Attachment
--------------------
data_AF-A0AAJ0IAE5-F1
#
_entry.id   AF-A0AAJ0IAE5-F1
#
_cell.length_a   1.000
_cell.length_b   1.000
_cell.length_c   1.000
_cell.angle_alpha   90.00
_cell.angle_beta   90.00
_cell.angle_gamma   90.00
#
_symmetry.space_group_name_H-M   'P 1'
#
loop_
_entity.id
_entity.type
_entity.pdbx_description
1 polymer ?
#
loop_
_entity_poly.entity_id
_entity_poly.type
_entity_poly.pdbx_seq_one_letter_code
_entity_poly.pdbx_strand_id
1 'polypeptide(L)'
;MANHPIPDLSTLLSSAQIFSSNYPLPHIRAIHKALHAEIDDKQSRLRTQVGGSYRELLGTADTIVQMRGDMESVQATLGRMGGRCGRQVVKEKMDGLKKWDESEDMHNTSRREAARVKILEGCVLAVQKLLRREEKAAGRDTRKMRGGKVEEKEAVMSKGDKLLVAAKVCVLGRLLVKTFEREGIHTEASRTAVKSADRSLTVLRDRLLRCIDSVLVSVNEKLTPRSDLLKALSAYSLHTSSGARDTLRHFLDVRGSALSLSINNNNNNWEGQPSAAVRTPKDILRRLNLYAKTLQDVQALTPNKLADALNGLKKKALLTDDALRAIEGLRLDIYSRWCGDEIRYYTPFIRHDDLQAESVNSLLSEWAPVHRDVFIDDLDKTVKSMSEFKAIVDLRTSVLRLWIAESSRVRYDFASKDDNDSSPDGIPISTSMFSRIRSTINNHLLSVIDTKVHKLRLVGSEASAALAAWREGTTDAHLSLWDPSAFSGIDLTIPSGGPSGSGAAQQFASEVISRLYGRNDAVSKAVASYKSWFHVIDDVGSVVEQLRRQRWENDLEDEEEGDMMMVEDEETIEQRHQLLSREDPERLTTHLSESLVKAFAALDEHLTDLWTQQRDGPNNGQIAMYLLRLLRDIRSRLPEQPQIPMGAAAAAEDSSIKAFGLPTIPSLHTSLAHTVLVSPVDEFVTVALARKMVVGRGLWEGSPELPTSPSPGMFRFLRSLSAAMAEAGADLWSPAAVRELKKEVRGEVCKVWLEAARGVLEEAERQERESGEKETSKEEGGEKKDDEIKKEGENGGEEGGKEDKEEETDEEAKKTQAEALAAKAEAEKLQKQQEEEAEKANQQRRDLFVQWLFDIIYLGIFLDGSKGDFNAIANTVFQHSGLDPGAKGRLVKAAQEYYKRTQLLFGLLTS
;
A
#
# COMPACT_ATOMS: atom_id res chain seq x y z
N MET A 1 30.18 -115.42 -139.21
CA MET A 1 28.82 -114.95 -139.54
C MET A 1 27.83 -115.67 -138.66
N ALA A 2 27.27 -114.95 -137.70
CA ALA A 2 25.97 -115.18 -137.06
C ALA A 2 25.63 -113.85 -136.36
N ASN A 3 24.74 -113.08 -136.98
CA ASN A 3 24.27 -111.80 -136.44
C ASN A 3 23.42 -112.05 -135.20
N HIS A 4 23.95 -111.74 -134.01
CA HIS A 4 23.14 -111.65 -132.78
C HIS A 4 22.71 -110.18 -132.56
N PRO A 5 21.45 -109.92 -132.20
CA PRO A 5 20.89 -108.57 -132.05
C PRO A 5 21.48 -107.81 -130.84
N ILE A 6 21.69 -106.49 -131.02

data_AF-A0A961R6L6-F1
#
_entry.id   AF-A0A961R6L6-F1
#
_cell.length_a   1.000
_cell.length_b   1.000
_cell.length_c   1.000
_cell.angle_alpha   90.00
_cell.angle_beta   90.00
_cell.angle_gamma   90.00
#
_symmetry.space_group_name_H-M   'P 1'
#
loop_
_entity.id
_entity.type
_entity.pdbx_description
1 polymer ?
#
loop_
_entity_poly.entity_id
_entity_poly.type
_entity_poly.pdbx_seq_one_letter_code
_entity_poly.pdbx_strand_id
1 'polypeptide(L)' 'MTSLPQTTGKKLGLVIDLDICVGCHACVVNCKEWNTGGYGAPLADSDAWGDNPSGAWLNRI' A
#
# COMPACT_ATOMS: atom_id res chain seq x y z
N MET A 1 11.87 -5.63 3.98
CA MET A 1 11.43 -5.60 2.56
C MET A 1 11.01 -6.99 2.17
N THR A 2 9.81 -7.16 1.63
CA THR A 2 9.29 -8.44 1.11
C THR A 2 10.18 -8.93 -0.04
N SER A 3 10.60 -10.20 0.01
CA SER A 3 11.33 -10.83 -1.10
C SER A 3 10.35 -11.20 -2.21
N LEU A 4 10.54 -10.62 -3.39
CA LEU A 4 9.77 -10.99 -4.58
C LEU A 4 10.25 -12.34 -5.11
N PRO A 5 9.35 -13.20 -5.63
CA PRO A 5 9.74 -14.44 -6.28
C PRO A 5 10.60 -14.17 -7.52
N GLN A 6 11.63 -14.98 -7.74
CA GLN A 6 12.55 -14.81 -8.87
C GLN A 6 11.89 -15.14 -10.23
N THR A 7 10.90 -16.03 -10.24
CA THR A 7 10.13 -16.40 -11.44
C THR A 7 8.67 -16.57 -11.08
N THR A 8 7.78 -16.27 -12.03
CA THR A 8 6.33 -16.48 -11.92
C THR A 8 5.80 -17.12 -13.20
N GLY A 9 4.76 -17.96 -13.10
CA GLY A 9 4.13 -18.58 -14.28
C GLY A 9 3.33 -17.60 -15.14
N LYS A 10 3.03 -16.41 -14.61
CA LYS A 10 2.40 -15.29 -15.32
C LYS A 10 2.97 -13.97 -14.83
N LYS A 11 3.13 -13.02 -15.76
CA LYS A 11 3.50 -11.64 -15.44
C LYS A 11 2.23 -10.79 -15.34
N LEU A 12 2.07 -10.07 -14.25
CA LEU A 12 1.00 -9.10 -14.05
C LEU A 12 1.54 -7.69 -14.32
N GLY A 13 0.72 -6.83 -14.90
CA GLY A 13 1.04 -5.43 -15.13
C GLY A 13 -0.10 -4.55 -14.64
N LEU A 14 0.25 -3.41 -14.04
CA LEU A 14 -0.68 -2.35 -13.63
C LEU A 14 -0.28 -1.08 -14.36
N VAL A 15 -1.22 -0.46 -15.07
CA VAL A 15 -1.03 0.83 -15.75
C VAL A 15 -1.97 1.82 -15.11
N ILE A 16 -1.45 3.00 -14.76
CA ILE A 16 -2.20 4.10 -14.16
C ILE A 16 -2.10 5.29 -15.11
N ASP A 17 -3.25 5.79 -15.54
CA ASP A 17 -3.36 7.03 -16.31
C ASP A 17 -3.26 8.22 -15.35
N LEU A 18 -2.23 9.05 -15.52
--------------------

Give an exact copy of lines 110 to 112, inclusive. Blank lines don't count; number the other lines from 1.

N GLY A 13 0.72 -6.83 -14.90
CA GLY A 13 1.04 -5.43 -15.13
C GLY A 13 -0.10 -4.55 -14.64